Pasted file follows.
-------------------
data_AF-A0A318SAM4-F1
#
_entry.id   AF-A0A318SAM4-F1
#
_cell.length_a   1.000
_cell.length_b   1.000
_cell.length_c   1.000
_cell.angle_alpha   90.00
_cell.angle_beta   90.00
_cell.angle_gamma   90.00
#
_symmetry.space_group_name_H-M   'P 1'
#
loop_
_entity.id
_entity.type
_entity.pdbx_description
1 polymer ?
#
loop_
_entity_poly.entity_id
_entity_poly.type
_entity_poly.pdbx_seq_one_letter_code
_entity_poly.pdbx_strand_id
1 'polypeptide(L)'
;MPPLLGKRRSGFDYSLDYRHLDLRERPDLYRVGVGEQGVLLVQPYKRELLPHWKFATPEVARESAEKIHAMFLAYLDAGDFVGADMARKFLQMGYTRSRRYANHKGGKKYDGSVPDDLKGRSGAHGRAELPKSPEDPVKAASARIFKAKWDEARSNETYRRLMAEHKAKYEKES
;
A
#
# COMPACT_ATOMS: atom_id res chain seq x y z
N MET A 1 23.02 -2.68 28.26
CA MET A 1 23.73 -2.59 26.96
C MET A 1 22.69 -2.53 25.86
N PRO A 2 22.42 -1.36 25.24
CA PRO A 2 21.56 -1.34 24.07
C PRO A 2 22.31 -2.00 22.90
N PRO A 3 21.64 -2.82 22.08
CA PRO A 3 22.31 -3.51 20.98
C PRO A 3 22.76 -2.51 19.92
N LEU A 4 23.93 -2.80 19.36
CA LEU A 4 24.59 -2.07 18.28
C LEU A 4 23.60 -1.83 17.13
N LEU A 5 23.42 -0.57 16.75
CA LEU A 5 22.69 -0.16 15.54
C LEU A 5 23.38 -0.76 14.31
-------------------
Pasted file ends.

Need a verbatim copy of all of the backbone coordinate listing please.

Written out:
data_AF-A0A318SAM4-F1
#
_entry.id   AF-A0A318SAM4-F1
#
_cell.length_a   1.000
_cell.length_b   1.000
_cell.length_c   1.000
_cell.angle_alpha   90.00
_cell.angle_beta   90.00
_cell.angle_gamma   90.00
#
_symmetry.space_group_name_H-M   'P 1'
#
loop_
_entity.id
_entity.type
_entity.pdbx_description
1 polymer ?
#
loop_
_entity_poly.entity_id
_entity_poly.type
_entity_poly.pdbx_seq_one_letter_code
_entity_poly.pdbx_strand_id
1 'polypeptide(L)'
;MPPLLGKRRSGFDYSLDYRHLDLRERPDLYRVGVGEQGVLLVQPYKRELLPHWKFATPEVARESAEKIHAMFLAYLDAGDFVGADMARKFLQMGYTRSRRYANHKGGKKYDGSVPDDLKGRSGAHGRAELPKSPEDPVKAASARIFKAKWDEARSNETYRRLMAEHKAKYEKES
;
A
#
# COMPACT_ATOMS: atom_id res chain seq x y z
N MET A 1 23.02 -2.68 28.26
CA MET A 1 23.73 -2.59 26.96
C MET A 1 22.69 -2.53 25.86
N PRO A 2 22.42 -1.36 25.24
CA PRO A 2 21.56 -1.34 24.07
C PRO A 2 22.31 -2.00 22.90
N PRO A 3 21.64 -2.82 22.08
CA PRO A 3 22.31 -3.51 20.98
C PRO A 3 22.76 -2.51 19.92
N LEU A 4 23.93 -2.80 19.36
CA LEU A 4 24.59 -2.07 18.28
C LEU A 4 23.60 -1.83 17.13
N LEU A 5 23.42 -0.57 16.75
CA LEU A 5 22.69 -0.16 15.54
C LEU A 5 23.38 -0.76 14.31